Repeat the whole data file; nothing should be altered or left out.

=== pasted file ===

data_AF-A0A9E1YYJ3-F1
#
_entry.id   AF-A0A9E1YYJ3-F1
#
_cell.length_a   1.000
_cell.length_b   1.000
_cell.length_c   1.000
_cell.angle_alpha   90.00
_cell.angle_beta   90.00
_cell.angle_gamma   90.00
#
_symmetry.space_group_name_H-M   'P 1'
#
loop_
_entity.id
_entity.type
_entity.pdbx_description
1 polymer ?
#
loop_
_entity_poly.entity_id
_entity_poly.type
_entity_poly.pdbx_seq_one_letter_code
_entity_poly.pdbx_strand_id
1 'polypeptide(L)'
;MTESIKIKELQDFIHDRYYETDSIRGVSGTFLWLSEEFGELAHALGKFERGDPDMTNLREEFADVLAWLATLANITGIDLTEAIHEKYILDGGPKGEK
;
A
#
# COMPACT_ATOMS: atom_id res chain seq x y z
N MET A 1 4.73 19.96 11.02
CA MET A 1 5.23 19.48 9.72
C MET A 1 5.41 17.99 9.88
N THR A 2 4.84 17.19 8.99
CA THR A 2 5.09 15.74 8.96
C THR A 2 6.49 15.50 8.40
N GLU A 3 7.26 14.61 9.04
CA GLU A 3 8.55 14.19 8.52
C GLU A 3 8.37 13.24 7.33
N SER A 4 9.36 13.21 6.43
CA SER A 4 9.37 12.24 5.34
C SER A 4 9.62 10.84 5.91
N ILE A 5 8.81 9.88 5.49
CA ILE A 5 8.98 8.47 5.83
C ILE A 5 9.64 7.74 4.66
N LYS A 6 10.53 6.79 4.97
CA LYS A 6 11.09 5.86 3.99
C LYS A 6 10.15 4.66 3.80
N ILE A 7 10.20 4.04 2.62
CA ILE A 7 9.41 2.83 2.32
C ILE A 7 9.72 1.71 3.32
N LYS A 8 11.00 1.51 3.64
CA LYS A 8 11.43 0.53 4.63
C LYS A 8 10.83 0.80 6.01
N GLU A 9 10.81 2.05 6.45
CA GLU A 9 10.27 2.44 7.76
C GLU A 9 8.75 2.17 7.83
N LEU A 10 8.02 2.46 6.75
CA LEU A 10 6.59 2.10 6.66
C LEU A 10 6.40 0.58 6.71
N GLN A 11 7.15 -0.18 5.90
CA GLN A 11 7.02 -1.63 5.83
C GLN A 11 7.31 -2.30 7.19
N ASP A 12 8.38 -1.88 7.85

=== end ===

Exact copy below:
data_AF-A0A9E1YYJ3-F1
#
_entry.id   AF-A0A9E1YYJ3-F1
#
_cell.length_a   1.000
_cell.length_b   1.000
_cell.length_c   1.000
_cell.angle_alpha   90.00
_cell.angle_beta   90.00
_cell.angle_gamma   90.00
#
_symmetry.space_group_name_H-M   'P 1'
#
loop_
_entity.id
_entity.type
_entity.pdbx_description
1 polymer ?
#
loop_
_entity_poly.entity_id
_entity_poly.type
_entity_poly.pdbx_seq_one_letter_code
_entity_poly.pdbx_strand_id
1 'polypeptide(L)'
;MTESIKIKELQDFIHDRYYETDSIRGVSGTFLWLSEEFGELAHALGKFERGDPDMTNLREEFADVLAWLATLANITGIDLTEAIHEKYILDGGPKGEK
;
A
#
# COMPACT_ATOMS: atom_id res chain seq x y z
N MET A 1 4.73 19.96 11.02
CA MET A 1 5.23 19.48 9.72
C MET A 1 5.41 17.99 9.88
N THR A 2 4.84 17.19 8.99
CA THR A 2 5.09 15.74 8.96
C THR A 2 6.49 15.50 8.40
N GLU A 3 7.26 14.61 9.04
CA GLU A 3 8.55 14.19 8.52
C GLU A 3 8.37 13.24 7.33
N SER A 4 9.36 13.21 6.43
CA SER A 4 9.37 12.24 5.34
C SER A 4 9.62 10.84 5.91
N ILE A 5 8.81 9.88 5.49
CA ILE A 5 8.98 8.47 5.83
C ILE A 5 9.64 7.74 4.66
N LYS A 6 10.53 6.79 4.97
CA LYS A 6 11.09 5.86 3.99
C LYS A 6 10.15 4.66 3.80
N ILE A 7 10.20 4.04 2.62
CA ILE A 7 9.41 2.83 2.32
C ILE A 7 9.72 1.71 3.32
N LYS A 8 11.00 1.51 3.64
CA LYS A 8 11.43 0.53 4.63
C LYS A 8 10.83 0.80 6.01
N GLU A 9 10.81 2.05 6.45
CA GLU A 9 10.27 2.44 7.76
C GLU A 9 8.75 2.17 7.83
N LEU A 10 8.02 2.46 6.75
CA LEU A 10 6.59 2.10 6.66
C LEU A 10 6.40 0.58 6.71
N GLN A 11 7.15 -0.18 5.90
CA GLN A 11 7.02 -1.63 5.83
C GLN A 11 7.31 -2.30 7.19
N ASP A 12 8.38 -1.88 7.85